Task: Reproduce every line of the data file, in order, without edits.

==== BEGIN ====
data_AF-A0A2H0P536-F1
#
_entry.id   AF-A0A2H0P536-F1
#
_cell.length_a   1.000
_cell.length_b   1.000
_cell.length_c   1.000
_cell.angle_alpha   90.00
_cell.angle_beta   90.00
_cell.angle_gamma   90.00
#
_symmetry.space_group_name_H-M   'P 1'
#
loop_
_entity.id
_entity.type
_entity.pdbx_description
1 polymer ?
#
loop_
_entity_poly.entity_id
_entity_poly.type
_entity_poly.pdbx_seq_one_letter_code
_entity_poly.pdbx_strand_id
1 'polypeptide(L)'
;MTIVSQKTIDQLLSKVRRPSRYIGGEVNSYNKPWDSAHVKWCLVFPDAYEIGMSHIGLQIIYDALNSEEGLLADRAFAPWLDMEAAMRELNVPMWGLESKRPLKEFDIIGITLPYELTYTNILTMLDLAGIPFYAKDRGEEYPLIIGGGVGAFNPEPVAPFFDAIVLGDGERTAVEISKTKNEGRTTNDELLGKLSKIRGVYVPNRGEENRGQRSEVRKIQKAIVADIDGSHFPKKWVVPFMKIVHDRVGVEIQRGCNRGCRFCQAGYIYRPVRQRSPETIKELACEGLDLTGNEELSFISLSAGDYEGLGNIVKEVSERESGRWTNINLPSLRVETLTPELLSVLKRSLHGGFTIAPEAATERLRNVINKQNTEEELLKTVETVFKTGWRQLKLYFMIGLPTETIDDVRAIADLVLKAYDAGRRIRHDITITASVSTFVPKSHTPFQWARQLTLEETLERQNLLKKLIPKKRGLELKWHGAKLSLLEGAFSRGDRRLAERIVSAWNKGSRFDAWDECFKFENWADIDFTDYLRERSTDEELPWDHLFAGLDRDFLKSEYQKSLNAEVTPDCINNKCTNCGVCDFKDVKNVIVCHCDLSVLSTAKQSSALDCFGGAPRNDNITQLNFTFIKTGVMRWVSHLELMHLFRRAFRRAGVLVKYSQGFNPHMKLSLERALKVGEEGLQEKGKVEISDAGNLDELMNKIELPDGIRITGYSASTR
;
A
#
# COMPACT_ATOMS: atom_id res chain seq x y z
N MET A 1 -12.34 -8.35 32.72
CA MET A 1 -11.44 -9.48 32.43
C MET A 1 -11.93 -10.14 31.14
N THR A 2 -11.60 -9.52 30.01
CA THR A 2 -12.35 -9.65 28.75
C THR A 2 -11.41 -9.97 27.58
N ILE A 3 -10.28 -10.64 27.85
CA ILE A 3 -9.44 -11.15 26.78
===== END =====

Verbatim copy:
data_AF-A0A2H0P536-F1
#
_entry.id   AF-A0A2H0P536-F1
#
_cell.length_a   1.000
_cell.length_b   1.000
_cell.length_c   1.000
_cell.angle_alpha   90.00
_cell.angle_beta   90.00
_cell.angle_gamma   90.00
#
_symmetry.space_group_name_H-M   'P 1'
#
loop_
_entity.id
_entity.type
_entity.pdbx_description
1 polymer ?
#
loop_
_entity_poly.entity_id
_entity_poly.type
_entity_poly.pdbx_seq_one_letter_code
_entity_poly.pdbx_strand_id
1 'polypeptide(L)'
;MTIVSQKTIDQLLSKVRRPSRYIGGEVNSYNKPWDSAHVKWCLVFPDAYEIGMSHIGLQIIYDALNSEEGLLADRAFAPWLDMEAAMRELNVPMWGLESKRPLKEFDIIGITLPYELTYTNILTMLDLAGIPFYAKDRGEEYPLIIGGGVGAFNPEPVAPFFDAIVLGDGERTAVEISKTKNEGRTTNDELLGKLSKIRGVYVPNRGEENRGQRSEVRKIQKAIVADIDGSHFPKKWVVPFMKIVHDRVGVEIQRGCNRGCRFCQAGYIYRPVRQRSPETIKELACEGLDLTGNEELSFISLSAGDYEGLGNIVKEVSERESGRWTNINLPSLRVETLTPELLSVLKRSLHGGFTIAPEAATERLRNVINKQNTEEELLKTVETVFKTGWRQLKLYFMIGLPTETIDDVRAIADLVLKAYDAGRRIRHDITITASVSTFVPKSHTPFQWARQLTLEETLERQNLLKKLIPKKRGLELKWHGAKLSLLEGAFSRGDRRLAERIVSAWNKGSRFDAWDECFKFENWADIDFTDYLRERSTDEELPWDHLFAGLDRDFLKSEYQKSLNAEVTPDCINNKCTNCGVCDFKDVKNVIVCHCDLSVLSTAKQSSALDCFGGAPRNDNITQLNFTFIKTGVMRWVSHLELMHLFRRAFRRAGVLVKYSQGFNPHMKLSLERALKVGEEGLQEKGKVEISDAGNLDELMNKIELPDGIRITGYSASTR
;
A
#
# COMPACT_ATOMS: atom_id res chain seq x y z
N MET A 1 -12.34 -8.35 32.72
CA MET A 1 -11.44 -9.48 32.43
C MET A 1 -11.93 -10.14 31.14
N THR A 2 -11.60 -9.52 30.01
CA THR A 2 -12.35 -9.65 28.75
C THR A 2 -11.41 -9.97 27.58
N ILE A 3 -10.28 -10.64 27.85
CA ILE A 3 -9.44 -11.15 26.78